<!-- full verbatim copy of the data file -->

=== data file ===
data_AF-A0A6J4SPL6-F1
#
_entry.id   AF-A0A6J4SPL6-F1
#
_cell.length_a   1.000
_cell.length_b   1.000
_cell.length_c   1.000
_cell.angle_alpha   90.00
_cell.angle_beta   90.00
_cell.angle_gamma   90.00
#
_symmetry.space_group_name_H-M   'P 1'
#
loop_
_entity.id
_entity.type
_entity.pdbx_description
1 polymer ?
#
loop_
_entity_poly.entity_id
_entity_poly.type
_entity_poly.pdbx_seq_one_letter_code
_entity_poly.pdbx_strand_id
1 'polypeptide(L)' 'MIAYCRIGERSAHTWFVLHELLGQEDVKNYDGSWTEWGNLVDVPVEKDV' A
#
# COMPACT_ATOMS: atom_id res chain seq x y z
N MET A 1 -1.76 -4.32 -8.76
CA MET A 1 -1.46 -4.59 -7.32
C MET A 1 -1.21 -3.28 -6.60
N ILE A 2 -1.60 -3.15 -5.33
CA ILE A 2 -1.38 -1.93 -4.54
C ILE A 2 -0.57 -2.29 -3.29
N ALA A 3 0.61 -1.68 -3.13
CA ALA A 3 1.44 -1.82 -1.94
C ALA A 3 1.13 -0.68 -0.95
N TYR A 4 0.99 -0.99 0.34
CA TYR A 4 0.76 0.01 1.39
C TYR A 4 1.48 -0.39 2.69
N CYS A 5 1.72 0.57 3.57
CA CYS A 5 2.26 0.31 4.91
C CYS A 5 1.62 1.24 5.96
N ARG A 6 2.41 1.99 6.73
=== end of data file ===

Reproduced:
data_AF-A0A6J4SPL6-F1
#
_entry.id   AF-A0A6J4SPL6-F1
#
_cell.length_a   1.000
_cell.length_b   1.000
_cell.length_c   1.000
_cell.angle_alpha   90.00
_cell.angle_beta   90.00
_cell.angle_gamma   90.00
#
_symmetry.space_group_name_H-M   'P 1'
#
loop_
_entity.id
_entity.type
_entity.pdbx_description
1 polymer ?
#
loop_
_entity_poly.entity_id
_entity_poly.type
_entity_poly.pdbx_seq_one_letter_code
_entity_poly.pdbx_strand_id
1 'polypeptide(L)' 'MIAYCRIGERSAHTWFVLHELLGQEDVKNYDGSWTEWGNLVDVPVEKDV' A
#
# COMPACT_ATOMS: atom_id res chain seq x y z
N MET A 1 -1.76 -4.32 -8.76
CA MET A 1 -1.46 -4.59 -7.32
C MET A 1 -1.21 -3.28 -6.60
N ILE A 2 -1.60 -3.15 -5.33
CA ILE A 2 -1.38 -1.93 -4.54
C ILE A 2 -0.57 -2.29 -3.29
N ALA A 3 0.61 -1.68 -3.13
CA ALA A 3 1.44 -1.82 -1.94
C ALA A 3 1.13 -0.68 -0.95
N TYR A 4 0.99 -0.99 0.34
CA TYR A 4 0.76 0.01 1.39
C TYR A 4 1.48 -0.39 2.69
N CYS A 5 1.72 0.57 3.57
CA CYS A 5 2.26 0.31 4.91
C CYS A 5 1.62 1.24 5.96
N ARG A 6 2.41 1.99 6.73